I have an ecommerce site where you can specify the size of a product and any number of options depending on the different products. Each option has a category. For example, for each product you can choose:

Size - 8.5 x 11, 11 x 17, 8.5 x 5.5 Paper - 100#, 14pt, 80# Coating - Aqueous, UV

Coating is a category while UV is an option. The customer can only choose one size, one type of paper, and one coating option.

The products have different numbers of categories and different numbers of options in those categories. Also, sizes can cause the number of options and categories to vary.

Update - To clarify, not every option is available for every size. So some sizes have 3 coating options available, for example, and some sizes have 2 coating options available.

How do I calculate the total number of possible size and option combinations? It could be these are variations or permutations.


The total number of combinations can be found by multiplying together the number choices over each of the categories. From what I gather from your post, this would be something like: $$ (\text{Number of paper sizes}) \times (\text{Number of types of paper}) \times (\text{Number of coating options}) \times \dotsb $$ Then for something like UV, you treat it like a category where the customer has two choices: either UV or not UV.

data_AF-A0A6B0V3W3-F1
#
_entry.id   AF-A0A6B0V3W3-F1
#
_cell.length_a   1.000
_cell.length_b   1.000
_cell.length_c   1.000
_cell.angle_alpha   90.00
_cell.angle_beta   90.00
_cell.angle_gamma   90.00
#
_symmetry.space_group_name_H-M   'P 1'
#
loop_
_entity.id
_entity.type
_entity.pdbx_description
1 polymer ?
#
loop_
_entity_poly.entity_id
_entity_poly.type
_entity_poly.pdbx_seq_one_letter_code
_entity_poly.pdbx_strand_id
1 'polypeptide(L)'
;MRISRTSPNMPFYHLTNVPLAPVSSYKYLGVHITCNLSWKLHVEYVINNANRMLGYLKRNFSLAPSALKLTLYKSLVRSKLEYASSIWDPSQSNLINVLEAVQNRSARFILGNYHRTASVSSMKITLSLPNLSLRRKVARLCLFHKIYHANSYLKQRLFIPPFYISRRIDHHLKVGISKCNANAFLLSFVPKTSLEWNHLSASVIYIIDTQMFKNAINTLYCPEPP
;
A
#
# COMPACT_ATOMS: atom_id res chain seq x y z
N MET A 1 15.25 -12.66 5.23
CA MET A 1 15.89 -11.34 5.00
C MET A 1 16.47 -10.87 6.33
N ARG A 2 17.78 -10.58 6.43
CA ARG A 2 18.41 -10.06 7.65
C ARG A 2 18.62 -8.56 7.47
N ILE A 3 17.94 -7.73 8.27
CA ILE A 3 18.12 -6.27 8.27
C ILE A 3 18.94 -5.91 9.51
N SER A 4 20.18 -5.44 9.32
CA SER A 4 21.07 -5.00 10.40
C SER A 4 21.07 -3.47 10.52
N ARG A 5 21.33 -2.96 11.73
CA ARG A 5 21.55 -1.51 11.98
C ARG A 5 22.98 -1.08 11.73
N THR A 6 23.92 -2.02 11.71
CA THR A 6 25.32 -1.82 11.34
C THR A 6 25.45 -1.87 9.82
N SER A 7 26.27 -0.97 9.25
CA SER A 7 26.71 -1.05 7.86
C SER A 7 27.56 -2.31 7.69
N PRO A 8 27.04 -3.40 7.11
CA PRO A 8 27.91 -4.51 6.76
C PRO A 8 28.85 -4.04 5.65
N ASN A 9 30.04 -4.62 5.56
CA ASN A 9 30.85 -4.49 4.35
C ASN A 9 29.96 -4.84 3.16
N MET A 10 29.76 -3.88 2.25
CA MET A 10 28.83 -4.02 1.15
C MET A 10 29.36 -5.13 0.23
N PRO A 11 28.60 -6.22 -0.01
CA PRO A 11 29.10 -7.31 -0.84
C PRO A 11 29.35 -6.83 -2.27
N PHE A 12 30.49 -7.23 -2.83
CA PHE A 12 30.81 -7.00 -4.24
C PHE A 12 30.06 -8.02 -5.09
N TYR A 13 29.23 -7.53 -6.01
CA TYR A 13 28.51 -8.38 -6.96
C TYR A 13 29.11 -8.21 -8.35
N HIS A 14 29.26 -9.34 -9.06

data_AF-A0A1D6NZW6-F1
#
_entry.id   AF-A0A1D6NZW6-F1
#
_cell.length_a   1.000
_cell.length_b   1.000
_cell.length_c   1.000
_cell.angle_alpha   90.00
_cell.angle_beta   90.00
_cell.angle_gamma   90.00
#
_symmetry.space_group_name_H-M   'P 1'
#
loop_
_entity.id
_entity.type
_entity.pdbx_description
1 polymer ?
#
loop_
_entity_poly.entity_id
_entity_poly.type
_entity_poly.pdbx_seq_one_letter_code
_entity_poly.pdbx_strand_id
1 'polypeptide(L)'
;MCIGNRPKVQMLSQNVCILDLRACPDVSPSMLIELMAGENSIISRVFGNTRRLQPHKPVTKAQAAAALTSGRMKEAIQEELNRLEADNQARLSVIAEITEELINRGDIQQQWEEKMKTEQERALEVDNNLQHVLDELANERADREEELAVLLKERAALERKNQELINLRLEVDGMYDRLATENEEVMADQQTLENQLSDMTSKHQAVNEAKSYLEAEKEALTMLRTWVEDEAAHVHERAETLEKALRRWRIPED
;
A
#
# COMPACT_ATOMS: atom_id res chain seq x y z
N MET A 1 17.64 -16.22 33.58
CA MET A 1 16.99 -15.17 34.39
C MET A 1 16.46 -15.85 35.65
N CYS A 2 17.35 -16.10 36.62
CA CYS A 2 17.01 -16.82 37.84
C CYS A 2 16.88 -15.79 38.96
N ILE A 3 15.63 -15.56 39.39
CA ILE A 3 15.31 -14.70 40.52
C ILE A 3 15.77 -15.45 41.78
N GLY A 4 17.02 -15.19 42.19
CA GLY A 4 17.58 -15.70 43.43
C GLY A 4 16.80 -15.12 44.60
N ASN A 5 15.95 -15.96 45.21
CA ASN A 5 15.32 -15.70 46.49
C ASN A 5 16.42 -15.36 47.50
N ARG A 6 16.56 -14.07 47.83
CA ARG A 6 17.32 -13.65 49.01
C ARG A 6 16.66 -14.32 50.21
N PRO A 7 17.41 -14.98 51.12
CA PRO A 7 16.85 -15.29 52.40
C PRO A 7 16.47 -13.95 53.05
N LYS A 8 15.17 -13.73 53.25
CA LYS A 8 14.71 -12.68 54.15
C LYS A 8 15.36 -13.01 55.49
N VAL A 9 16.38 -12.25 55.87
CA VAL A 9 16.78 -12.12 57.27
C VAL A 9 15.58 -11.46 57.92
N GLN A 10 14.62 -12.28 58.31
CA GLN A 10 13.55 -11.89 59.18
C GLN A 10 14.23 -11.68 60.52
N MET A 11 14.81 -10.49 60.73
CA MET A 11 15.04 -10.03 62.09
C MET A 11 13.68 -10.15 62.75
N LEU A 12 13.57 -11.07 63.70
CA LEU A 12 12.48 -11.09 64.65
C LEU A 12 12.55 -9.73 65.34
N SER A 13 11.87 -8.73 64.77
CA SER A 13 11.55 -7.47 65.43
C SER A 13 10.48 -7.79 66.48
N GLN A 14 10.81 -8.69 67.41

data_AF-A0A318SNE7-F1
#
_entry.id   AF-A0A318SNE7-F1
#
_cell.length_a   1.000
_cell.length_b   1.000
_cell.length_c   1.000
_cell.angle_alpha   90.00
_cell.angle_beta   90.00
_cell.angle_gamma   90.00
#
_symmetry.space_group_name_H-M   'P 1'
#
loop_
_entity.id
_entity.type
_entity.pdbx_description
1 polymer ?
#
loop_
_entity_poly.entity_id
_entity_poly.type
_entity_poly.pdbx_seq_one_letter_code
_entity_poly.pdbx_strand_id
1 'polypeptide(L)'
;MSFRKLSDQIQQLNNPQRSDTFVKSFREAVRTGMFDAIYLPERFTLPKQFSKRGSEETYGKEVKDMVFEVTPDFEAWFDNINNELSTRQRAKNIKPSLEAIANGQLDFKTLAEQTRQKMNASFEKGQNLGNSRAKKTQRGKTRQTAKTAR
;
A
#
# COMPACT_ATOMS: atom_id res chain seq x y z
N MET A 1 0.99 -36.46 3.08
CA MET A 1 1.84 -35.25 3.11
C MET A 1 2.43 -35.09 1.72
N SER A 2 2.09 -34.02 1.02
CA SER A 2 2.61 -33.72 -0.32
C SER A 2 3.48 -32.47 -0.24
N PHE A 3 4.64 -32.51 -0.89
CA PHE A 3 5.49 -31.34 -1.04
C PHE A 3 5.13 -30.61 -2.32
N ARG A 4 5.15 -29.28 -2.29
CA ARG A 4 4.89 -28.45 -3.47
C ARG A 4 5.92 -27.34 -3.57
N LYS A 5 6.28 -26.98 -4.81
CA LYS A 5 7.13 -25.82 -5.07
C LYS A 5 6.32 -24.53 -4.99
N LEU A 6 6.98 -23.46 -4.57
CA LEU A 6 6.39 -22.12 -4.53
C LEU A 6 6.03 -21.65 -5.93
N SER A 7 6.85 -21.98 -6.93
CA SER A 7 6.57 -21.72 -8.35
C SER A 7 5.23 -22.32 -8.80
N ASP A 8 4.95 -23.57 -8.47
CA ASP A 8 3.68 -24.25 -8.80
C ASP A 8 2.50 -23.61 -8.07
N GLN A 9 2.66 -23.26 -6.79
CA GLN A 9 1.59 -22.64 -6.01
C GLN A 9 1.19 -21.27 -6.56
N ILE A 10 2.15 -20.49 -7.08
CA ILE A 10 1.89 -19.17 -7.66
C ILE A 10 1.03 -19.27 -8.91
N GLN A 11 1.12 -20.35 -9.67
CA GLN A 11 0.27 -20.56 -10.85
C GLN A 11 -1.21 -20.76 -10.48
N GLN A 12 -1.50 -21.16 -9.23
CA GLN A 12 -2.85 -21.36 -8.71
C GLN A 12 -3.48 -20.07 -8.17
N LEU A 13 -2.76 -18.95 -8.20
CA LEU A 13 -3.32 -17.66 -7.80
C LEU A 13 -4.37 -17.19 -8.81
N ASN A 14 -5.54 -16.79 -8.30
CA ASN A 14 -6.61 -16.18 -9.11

To address the edited question and @fanda455's comment:

You would then have to break it up into cases. To simplify the situation, suppose we have two classes of paper size called large and small and that the possible paper type/coating options for large and small paper are different. Then the total number of combinations would be: $$ (\text{Number of large paper sizes}) \times (\text{Number of types of large paper}) \times \dotsb \\ + \\ (\text{Number of small paper sizes}) \times (\text{Number of types of small paper}) \times \dotsb $$ If there are any further sub-restrictions, like if there are only certain types of coating options for different types of large paper, the you would have to break it down further into sub-cases.

  • $\begingroup$ That would work if every type of paper and every type of coating was available for every size. But some sizes only have 2 coating options instead of 3 coating options for the other sizes. I've updated the question to clarify the point. How would I then calculate the possible combinations? $\endgroup$ – Ben Anderson Apr 10 '15 at 13:32

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